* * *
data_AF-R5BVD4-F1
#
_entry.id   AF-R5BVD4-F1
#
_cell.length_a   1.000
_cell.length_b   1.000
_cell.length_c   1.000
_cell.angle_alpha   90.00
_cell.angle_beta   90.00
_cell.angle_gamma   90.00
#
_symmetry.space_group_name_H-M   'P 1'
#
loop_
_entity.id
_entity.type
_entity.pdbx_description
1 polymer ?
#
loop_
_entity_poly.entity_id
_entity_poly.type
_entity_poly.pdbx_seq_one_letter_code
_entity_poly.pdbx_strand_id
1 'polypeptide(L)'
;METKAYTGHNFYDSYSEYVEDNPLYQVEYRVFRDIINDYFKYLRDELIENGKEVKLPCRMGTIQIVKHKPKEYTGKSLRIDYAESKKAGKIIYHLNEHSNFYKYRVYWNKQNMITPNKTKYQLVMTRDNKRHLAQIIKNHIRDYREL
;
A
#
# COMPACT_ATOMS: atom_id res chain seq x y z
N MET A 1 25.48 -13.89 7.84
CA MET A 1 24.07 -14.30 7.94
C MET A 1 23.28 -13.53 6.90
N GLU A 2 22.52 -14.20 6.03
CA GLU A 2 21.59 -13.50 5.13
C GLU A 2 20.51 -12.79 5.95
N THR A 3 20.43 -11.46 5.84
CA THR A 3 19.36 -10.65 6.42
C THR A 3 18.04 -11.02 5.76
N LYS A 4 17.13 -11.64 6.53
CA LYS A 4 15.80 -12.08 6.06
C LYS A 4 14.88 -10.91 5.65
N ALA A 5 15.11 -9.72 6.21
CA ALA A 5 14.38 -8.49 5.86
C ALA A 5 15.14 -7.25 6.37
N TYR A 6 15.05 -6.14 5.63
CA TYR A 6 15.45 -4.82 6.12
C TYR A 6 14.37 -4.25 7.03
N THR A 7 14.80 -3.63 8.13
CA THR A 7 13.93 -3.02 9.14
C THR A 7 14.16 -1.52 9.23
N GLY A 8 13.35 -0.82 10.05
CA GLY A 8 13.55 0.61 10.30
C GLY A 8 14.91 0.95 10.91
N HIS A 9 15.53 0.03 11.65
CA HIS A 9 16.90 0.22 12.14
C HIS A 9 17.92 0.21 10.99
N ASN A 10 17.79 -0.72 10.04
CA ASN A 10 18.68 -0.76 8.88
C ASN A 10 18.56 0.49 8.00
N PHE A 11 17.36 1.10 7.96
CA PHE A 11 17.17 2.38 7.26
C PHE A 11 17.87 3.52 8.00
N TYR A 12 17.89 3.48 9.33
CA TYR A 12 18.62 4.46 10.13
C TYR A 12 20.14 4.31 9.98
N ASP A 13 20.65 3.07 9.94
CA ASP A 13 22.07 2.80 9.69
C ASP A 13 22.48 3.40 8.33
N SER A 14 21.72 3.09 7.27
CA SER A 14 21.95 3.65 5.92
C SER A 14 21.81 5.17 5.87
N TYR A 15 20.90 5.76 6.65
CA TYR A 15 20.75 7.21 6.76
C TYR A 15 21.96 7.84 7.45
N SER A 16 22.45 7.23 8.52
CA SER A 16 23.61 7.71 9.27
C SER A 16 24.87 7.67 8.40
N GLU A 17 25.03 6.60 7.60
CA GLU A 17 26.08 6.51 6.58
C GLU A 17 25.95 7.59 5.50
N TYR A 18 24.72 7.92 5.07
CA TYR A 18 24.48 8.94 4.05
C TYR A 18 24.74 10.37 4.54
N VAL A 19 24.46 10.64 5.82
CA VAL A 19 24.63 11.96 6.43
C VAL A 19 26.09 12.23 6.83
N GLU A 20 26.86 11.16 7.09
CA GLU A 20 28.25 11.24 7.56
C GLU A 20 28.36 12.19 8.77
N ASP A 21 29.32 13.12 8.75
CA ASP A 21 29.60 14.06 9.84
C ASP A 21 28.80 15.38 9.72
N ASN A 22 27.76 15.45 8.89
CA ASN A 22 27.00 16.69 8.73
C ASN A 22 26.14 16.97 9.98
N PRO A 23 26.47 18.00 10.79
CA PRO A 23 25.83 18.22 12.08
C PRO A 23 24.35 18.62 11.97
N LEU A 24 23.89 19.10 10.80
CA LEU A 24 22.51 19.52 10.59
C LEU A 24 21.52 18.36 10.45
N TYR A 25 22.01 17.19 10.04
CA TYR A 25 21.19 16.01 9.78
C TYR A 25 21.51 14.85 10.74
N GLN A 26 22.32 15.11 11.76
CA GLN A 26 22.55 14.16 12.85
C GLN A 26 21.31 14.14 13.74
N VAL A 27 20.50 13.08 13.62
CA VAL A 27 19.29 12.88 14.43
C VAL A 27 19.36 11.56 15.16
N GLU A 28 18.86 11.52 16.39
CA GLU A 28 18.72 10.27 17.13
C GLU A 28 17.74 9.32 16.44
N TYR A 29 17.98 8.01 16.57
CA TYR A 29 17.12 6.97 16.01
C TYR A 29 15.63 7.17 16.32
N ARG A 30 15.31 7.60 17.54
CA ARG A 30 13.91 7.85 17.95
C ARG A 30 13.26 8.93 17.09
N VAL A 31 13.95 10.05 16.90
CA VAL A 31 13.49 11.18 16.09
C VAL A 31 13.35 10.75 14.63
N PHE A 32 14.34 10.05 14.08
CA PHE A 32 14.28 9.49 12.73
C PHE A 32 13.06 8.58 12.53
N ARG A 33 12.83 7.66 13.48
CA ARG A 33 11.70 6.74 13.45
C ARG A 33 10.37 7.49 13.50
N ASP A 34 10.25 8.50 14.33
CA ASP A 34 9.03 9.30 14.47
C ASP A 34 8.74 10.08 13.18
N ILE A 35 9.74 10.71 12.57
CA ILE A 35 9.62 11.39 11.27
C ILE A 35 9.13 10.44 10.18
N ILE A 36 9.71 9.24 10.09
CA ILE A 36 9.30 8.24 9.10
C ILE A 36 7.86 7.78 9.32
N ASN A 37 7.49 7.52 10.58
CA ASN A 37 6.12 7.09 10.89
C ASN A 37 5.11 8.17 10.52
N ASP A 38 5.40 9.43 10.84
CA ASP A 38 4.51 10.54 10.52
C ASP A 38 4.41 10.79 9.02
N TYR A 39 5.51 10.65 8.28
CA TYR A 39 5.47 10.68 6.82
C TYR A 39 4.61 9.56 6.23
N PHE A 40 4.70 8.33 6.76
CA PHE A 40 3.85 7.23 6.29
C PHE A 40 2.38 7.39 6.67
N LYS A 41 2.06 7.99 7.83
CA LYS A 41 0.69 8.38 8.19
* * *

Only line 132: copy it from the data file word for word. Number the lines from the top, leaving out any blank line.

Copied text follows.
C ASP A 34 8.74 10.08 13.18